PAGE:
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The 12 Labours of Heracles

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Heracles depicted in the Ancient Grecian style

The Life of Hercules is one in the true tradition of Greek myths - consisting of battles, love and a suitably tragic death. However, Heracles (or Hercules to give his Latin moniker) is also famous for the 12 labours he was urged to perform by the oracle at Delphi.

The First Labour - the Nemean Lion

The Nemean (or Cleonaean) lion was an enormous beast which was depopulating the area of Nemea. His pelt was proof against iron, bronze and stone.

Heracles first tried shooting the lion with arrows, which bounced off harmlessly. Next he tried his sword, which bent and also had no effect. Heracles attempted hitting the lion over the head with his club, which shattered, and left the lion with ringing in its ears. Finally, he started to wrestle with it, choking it to death but losing a finger in the course of the fight. Heracles flayed the lion using its own razor-sharp claws, and was subsequently able to use the skin as invulnerable armour, and its head as a helmet.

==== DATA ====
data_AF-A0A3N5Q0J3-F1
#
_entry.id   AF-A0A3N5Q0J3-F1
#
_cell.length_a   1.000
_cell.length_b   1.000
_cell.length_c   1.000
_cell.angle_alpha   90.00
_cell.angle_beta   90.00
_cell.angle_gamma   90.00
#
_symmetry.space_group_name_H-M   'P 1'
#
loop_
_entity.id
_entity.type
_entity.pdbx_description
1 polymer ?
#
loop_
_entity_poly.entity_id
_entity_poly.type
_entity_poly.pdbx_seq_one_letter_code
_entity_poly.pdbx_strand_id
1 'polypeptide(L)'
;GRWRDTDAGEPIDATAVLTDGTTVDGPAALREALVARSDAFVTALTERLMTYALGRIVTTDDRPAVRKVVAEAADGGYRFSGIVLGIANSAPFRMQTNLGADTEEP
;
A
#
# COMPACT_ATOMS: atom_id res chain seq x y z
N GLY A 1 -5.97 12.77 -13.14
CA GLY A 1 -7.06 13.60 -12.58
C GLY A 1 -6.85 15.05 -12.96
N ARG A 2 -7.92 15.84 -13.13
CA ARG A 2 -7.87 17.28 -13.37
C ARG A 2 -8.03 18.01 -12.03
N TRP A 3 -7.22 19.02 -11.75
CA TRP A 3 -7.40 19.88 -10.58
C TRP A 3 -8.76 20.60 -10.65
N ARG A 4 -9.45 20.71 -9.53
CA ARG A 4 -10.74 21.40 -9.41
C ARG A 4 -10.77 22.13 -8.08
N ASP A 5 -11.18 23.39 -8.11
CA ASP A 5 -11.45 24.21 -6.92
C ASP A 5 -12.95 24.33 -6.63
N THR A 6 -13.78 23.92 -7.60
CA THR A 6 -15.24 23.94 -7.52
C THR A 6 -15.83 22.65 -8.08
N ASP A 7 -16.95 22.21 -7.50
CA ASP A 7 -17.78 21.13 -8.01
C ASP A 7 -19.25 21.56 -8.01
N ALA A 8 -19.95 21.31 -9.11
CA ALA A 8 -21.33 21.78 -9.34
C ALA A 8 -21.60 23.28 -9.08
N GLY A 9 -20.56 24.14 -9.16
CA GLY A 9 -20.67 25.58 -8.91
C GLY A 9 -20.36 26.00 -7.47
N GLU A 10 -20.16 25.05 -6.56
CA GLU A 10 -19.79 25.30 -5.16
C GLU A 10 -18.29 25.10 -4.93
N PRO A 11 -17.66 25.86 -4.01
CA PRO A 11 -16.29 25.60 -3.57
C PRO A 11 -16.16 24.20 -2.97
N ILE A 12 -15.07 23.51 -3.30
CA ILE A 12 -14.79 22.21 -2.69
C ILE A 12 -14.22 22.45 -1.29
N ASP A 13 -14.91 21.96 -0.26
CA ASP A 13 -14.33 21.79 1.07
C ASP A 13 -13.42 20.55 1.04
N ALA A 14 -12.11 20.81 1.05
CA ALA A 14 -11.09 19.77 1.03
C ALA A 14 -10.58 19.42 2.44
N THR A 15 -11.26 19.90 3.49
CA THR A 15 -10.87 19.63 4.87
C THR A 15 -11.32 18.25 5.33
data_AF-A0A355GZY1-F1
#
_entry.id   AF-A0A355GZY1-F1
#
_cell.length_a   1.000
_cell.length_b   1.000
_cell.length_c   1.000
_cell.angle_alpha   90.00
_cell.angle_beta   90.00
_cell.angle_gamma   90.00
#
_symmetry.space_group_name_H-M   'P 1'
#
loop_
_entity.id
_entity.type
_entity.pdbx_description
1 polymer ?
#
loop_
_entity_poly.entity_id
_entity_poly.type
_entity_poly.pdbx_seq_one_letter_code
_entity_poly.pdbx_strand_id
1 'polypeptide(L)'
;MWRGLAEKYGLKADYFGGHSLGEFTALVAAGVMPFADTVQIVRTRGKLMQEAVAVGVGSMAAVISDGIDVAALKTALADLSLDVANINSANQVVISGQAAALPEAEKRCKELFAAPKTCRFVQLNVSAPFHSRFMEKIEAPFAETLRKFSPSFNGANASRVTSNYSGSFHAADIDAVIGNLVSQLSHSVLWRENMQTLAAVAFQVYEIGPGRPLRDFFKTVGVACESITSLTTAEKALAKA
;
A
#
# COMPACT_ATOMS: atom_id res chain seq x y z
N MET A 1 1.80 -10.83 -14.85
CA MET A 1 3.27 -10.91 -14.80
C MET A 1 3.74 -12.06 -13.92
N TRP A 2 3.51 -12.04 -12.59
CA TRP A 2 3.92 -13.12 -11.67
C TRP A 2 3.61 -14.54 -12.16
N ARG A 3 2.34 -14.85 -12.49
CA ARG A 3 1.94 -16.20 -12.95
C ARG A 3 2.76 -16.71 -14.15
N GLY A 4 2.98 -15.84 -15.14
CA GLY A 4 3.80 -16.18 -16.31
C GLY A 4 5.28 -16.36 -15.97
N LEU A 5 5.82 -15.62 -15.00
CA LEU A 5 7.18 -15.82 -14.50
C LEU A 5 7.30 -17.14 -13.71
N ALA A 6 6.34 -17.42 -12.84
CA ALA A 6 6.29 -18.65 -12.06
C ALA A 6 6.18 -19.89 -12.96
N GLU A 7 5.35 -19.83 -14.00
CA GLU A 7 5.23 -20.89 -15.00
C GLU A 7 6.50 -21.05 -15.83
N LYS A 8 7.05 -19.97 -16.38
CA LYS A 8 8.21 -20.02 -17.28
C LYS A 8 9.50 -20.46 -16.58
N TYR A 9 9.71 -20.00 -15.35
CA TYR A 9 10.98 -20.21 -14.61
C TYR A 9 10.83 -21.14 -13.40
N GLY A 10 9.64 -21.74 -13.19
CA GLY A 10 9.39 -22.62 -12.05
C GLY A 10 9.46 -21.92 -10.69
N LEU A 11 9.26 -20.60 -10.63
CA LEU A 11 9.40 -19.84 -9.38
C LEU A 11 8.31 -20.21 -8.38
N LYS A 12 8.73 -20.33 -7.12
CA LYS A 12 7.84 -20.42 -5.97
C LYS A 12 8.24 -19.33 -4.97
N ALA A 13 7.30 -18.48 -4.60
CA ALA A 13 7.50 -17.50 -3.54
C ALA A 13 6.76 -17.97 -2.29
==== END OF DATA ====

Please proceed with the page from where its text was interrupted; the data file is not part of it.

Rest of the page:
A possible historical context to the First Labour is that ritual combat with wild beasts formed a part of the sacred king's coronation ritual in Greece, Asia Minor and Syria.

The Second Labour - the Lernean Hydra

The Lernean Hydra was a monster born of Typhon (another monster) and Echidne. The Hydra terrorised the area around Lerna, near Argos. It had a dog-like body and most likely eight or nine heads, one of them immortal, although some versions of the story claim that the Hydra had anything from 50 to 1000 heads. It was so venomous that its breath, or even the smell of its tracks, could kill a man.

Heracles had help from both the god Athene and Iolaus, a charioteer, in defeating the Hydra. He drove it out from its lair by attacking it with flaming arrows, and held his breath while battering its heads with his club. However, as fast as he was able to crush them, more heads sprouted in place of the old ones.